PITTSBURGH, PA - APRIL 13: Marc-Andre Fleury #29 of the Pittsburgh Penguins reacts after giving up a goal in the third period against the Philadelphia Flyers in Game Two of the Eastern Conference Quarterfinals during the 2012 NHL Stanley Cup Playoffs at Consol Energy Center on April 13, 2012 in Pittsburgh, Pennsylvania. The Flyers defeated the Penguins 7-5. (Photo by Justin K. Aller/Getty Images)
If you followed the Copper & Blue Twitter feed, you've seen astonishment in reaction to various Pittsburgh sports writers' narratives during the Flyers series. Those sports writers (and the CBC panel) have laid blame on everyone and everything except Marc-Andre Fleury. Even in the face of Fleury's all-time awful playoff performance (worst save percentage in 12 years), sports writers blamed the defense, Evgeni Malkin, Sidney Crosby, Dan Bylsma and Dan Bylsma's system. Pittsburgh fans followed suit.
Why? Well, Fleury's Pittsburgh Penguins won a Stanley Cup in 2009 and because of that, Fleury has a reputation as "...perhaps the NHL's most underrated player and the best big game goalie in hockey." In 2009, Fleury's save percentage was .9082, good for 11th amongst post-season goaltenders. His even-strength save percentage was .9144, good for 11th that playoff year. In fact, Fleury's career save percentage in the playoffs is .9043, which ranks 40th out of 55 playoff goaltenders since the lockout.
The Penguins have made the playoffs each year since 2006-07, and in that time, Fleury's rankings in total playoff save percentage are as follows: 18-2-11-15-14-16. His rankings in even-strength save percentage are similar: 14-4-11-16-14-15. As a reminder, 16 teams make the NHL playoffs.
Fleury's playoff career is marked by well-below-average results - only once, in 2007-08, has Fleury been better than .910 in total save percentage and .920 even-strength save percentage. The "best big game goalie in hockey" is just bad in the playoffs. What other "big games" are there?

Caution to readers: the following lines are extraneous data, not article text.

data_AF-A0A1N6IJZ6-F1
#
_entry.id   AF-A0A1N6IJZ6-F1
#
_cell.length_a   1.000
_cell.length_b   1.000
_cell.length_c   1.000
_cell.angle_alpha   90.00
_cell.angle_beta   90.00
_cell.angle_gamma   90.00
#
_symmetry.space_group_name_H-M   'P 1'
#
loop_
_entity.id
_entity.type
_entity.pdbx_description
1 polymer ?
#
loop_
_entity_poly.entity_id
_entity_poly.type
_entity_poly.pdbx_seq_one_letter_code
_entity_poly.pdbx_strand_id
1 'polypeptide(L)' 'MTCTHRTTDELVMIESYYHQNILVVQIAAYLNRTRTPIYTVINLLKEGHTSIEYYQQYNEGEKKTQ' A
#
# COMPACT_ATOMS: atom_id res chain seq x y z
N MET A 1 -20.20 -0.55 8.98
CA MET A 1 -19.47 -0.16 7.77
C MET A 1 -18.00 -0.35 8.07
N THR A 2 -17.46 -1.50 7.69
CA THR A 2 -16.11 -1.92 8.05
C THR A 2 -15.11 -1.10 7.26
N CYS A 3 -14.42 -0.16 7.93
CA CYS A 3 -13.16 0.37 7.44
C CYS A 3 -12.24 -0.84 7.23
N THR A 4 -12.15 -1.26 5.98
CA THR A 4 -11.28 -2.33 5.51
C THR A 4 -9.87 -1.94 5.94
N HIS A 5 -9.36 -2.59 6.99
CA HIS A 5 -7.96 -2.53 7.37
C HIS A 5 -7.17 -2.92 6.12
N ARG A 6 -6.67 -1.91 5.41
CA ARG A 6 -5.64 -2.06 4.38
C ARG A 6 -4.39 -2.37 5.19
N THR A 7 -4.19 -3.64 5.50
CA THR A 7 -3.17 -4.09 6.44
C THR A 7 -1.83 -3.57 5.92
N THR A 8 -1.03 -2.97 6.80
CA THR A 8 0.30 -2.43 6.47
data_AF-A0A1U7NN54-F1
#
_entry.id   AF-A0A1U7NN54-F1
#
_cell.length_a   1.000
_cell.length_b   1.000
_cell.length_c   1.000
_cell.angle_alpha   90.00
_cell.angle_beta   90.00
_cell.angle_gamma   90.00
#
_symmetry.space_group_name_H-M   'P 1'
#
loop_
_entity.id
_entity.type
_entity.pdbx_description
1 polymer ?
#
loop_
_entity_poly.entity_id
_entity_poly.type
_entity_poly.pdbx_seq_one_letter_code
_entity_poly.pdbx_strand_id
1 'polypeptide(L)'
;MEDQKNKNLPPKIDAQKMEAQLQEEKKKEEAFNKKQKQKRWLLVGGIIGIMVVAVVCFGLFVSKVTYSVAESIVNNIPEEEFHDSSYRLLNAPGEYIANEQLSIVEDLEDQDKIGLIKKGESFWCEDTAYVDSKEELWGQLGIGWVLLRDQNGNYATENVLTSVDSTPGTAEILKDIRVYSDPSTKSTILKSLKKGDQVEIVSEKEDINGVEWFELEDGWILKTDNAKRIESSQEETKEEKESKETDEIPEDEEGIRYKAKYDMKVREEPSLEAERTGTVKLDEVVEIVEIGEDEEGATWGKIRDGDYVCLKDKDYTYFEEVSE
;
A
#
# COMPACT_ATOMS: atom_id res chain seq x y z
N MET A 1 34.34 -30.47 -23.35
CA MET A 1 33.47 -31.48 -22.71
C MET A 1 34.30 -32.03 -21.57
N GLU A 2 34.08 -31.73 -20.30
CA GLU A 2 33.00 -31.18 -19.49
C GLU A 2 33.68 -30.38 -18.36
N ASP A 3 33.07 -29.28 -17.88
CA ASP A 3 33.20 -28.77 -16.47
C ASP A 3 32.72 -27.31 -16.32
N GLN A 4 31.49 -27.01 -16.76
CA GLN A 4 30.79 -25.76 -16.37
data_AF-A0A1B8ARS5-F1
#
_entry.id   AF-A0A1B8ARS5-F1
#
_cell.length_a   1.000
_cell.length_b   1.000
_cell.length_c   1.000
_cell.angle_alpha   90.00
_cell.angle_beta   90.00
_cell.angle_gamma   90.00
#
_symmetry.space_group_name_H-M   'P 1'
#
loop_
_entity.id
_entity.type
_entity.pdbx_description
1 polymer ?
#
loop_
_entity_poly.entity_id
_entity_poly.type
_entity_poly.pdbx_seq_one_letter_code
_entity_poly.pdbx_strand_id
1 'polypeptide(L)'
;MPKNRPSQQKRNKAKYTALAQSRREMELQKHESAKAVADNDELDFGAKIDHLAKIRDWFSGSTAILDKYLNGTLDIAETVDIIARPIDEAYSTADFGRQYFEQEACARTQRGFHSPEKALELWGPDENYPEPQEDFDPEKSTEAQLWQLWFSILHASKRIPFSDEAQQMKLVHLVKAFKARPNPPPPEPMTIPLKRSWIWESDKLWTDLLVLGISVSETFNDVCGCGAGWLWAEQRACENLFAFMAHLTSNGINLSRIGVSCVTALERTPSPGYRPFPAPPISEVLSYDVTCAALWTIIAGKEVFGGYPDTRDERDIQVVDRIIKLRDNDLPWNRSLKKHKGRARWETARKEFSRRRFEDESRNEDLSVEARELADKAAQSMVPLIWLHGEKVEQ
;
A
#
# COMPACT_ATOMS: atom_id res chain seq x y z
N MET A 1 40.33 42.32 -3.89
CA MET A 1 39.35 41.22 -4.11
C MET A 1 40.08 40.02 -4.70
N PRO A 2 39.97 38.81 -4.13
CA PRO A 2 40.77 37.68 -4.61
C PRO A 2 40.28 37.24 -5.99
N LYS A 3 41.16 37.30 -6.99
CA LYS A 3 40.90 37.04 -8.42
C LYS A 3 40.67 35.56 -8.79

The regular season is more of the same. Since the lockout, the combined even strength save percentage of all goaltenders is .9188. The combined even strength save percentage of qualifying goaltenders (25 GP or more) is .9201. Fleury's post-lockout save percentage is .9188, in line with the average for all goaltenders, below average for qualifying goaltenders. In the graph above, note that Fleury's results against the blue line (all goaltenders) and the red line (qualifying goaltenders).
Over the last two seasons, Fleury's combined even strength save percentage is .9201, compare that to the league average of .9208 or league average for qualifying seasons over the same time span - .9218. Fleury is below average over this time.
Yet TSN reporter Darren Dreger said on Twitter that Fleury would be #1 on his ballot if he had a vote for the Vezina in 2012. Dreger remarked that Fleury carried the Penguins in Crosby's absence. The truth is that Fleury ranked 28th of 45 goaltenders in 2011-12 in total save percentage and 35th of 45 in even-strength save percentage. The Penguins were 1st in goals for, 1st in shots for, and 4th in shots against. It wasn't Fleury who carried the Penguins, it was team offense and defense. It's always the same with the Penguins.
Over the last two seasons, 37 goaltenders have two qualifying seasons - Fleury ranks 27th in even strength save percentage.
Fleury trails Tim Thomas, Henrik Lundqvist, Cory Schneider, Roberto Luongo, Pekka Rinne, Niklas Backstrom, Antti Niemi, Jonathan Quick, Kari Lehtonen, Ilya Bryzgalov, James Reimer, Jaroslav Halak, Semyon Varlamov, Carey Price, Devan Dubnyk, Jose Theodore, Cam Ward, Ryan Miller, Tomas Vokoun, Miikka Kiprusoff, Ondrej Pavelec, Jonas Hiller, Jimmy Howard, Sergei Bobrovsky
Fleury has been better than Scott Clemmensen, Corey Crawford, Johan Hedberg, Craig Anderson, Brian Elliott, Jean-Sebastien Giguere, Michal Neuvirth, Dwayne Roloson, Martin Brodeur, Steve Mason, Mathieu Garon, and Nikolai Khabibulin.
The combined salary cap hit of Fleury's three closest comps over that time - Scott Clemmensen, Corey Crawford and Johan Hedberg - is $5,116,667, just $116,667 more than Fleury's cap hit, and Fleury has three years left on his current deal.
Marc-Andre Fleury once won a Stanley Cup playing behind a juggernaut. For that, he has a reputation he does not deserve.